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Climbing Mt. Fuji

A never-ending stream of thoughts and questions raced through my head as I laid down on the first night of my first solo trip....


“What was I thinking?” “What a stupid idea.” “What if this is how my trip will be like?” A never-ending stream of thoughts and questions raced through my head as I laid down on the first night of my first solo trip. (For context, I have done several trips in the past, and have spent multiple days alone, but this was the first time where I started and returned on my own.) Frankly, I did not think this would be too difficult (at least not yet). I arrive, make some friends, explore the city and call it a night  – simple right? Long story short, I had a zero social interaction that first night….which was fine, I was tired from a day of airports and flights anyway (at least that is what I told myself). But right before falling asleep, the crippling thoughts and questions flooded in and I was left pondering for hours on ‘what ifs’  – the idea that THIS may be how I spend the next few weeks horrified me.

First lesson: truck forward when you don’t ‘feel’ like it. Whether it is travelling, business, or relationships, I can assure you the ‘what ifs’ will never stop. Our brains are wired to place greater emphasis on negativity, loss, fear and threats, triggering our emotional center to fire off before we can logically think things over. (Search ‘amygdala hijack’ and negative bias to learn more) So what did I do? The same thing I do everyday  –  get up, figure out what to do, and start doing. Despite knowing the past does not equal the future, and how the prior night was my emotional center taking over, I cannot deny that the aching feeling that was still there. Ultimately I had to decide that I couldn’t let this ruin my day. A decision to take action goes a long way. Coincidentally, I made a new friend an hour later who remains a great friend to this day. (Shout out to Ally!)

“And, when you want something, all the universe conspires in helping you to achieve it” — Paulo Coelho

As days went on, something occurred to me  –  deciding every detail of my day is exhausting. From the more substantial decisions like my day’s itinerary or how to get from A to B, to the micro-decisions like when/where I do laundry or how to best pack my bag  – every decision consumed cognitive resources. And just when I get into a rhythm, I move cities and the cycle begins again. And I began to wonder … “Why don’t I have this issue at home?”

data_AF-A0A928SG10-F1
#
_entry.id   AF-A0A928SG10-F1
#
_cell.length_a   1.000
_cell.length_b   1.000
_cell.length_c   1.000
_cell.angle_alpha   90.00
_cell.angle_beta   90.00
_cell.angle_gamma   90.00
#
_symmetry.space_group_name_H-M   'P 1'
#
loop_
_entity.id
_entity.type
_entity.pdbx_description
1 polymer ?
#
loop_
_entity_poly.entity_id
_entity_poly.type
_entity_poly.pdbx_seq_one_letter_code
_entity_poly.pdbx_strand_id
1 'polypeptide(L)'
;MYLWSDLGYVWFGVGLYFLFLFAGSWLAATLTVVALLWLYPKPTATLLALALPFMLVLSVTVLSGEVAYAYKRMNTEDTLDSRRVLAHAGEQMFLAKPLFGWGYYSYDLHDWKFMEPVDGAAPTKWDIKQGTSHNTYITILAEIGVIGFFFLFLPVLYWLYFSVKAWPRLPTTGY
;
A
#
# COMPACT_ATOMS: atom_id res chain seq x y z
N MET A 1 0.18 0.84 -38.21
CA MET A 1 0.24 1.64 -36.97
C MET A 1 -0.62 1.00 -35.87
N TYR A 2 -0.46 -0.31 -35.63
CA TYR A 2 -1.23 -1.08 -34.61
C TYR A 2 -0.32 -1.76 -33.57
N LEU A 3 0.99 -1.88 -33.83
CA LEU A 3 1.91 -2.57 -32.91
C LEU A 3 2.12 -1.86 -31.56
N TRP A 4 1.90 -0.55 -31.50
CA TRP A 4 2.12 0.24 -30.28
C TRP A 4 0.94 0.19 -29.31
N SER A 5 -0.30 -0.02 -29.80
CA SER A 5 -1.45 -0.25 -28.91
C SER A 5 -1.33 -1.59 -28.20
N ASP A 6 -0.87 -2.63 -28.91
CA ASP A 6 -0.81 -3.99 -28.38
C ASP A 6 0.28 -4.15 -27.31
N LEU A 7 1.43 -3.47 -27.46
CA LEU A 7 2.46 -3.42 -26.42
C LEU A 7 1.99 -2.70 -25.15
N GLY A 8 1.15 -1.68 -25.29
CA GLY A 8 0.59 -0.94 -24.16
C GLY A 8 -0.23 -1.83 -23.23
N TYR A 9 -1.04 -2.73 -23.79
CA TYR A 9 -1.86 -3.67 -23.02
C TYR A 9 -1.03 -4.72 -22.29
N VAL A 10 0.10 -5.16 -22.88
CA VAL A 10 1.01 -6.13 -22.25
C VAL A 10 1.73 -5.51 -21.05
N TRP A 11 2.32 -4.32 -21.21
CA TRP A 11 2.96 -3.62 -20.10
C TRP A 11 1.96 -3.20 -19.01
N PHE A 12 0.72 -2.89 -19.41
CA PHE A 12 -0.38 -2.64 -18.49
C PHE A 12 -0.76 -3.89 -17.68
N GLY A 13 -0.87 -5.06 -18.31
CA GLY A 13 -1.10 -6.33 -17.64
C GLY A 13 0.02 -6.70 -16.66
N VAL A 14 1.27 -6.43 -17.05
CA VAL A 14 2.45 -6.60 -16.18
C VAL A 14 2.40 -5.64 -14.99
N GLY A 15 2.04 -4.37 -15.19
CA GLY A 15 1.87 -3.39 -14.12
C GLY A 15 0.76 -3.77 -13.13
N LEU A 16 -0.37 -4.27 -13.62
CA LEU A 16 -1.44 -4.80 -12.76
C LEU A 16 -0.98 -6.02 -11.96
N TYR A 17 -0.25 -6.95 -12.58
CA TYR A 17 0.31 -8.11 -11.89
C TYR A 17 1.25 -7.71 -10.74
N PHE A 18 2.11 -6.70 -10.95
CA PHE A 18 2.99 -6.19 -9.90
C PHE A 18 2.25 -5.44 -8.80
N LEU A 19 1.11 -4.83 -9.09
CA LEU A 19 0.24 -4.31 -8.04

Second lesson: understand the decisions — however large or small — you make everyday and determine which you need to automate versus control. We act on auto-pilot for most decisions in our life — for instance, brushing your teeth, your route to work, how you make your coffee. And to be clear,  there is NOTHING wrong with systems and routines. As I mentioned, deciding every detail of your day is exhausting and you have a finite amount of cognitive resources to deploy. If you will inevitably go on auto-pilot, why not make a conscious and deliberate effort to identify the tasks suited for automation and the tasks you want to control? Focusing on the things that matter will generate much larger returns in your day-to-day decisions and behaviours. Steve Jobs famously wore the same outfit everyday to have one less decision. Every decision counts — use it wisely.

“The ability to simplify means to eliminate the unnecessary, so that the necessary may speak.” — Hans Hofman

One of the most memorable events of this trip (and arguably my life) was when I was at the top of Mount Fuji, and no , it was not because of the view. I had just parted ways from my group when a massive storm hit. I was drenched from the rain the entire way up, it was difficult to breathe due to the altitude, and my energy was nearly depleted. What I had thought was going to be a quick rainfall turned into hail, fog, lightening, and ice. I found a small covering and watched the storm get worse and worse by the second. With a few hours to the ground, my body in an exhausted state, and horrible weather conditions, I literally froze. Do I stay put and wait for this to pass, or do I trek through? Fear got to me and I initially decided to stay. However, I quickly found myself approaching hypothermia and I knew I had to move. Now or never. Long story short, I left my safe zone and never turned back. Every step, every rock, and every turn required focus, vigilance, and strength that I didn’t know was still available in my beaten up state.

Third lesson: use fear and stress to your advantage. Many of you may have heard the term fight-or-flight, a multi-faceted response wired in our brains to help us survive. While this was a unique case, we experience this response everyday in our lives and more often than not, the fear and threat is NOT going to kill us ;  for example, before a presentation. By understanding this response and what our brain/body can and cannot do, we can harness this programming to our advantage. If you are someone that performs better under pressure,  you are already doing this. (Search fight-or-flight, sympathetic nervous system or stress response to learn more).

What are the biggest lessons you have learned while travelling? I would love to hear your story. DM me on social media: Instagram, Facebook, or Twitter.  


Originally published at medium.com and The Cities Within blog.

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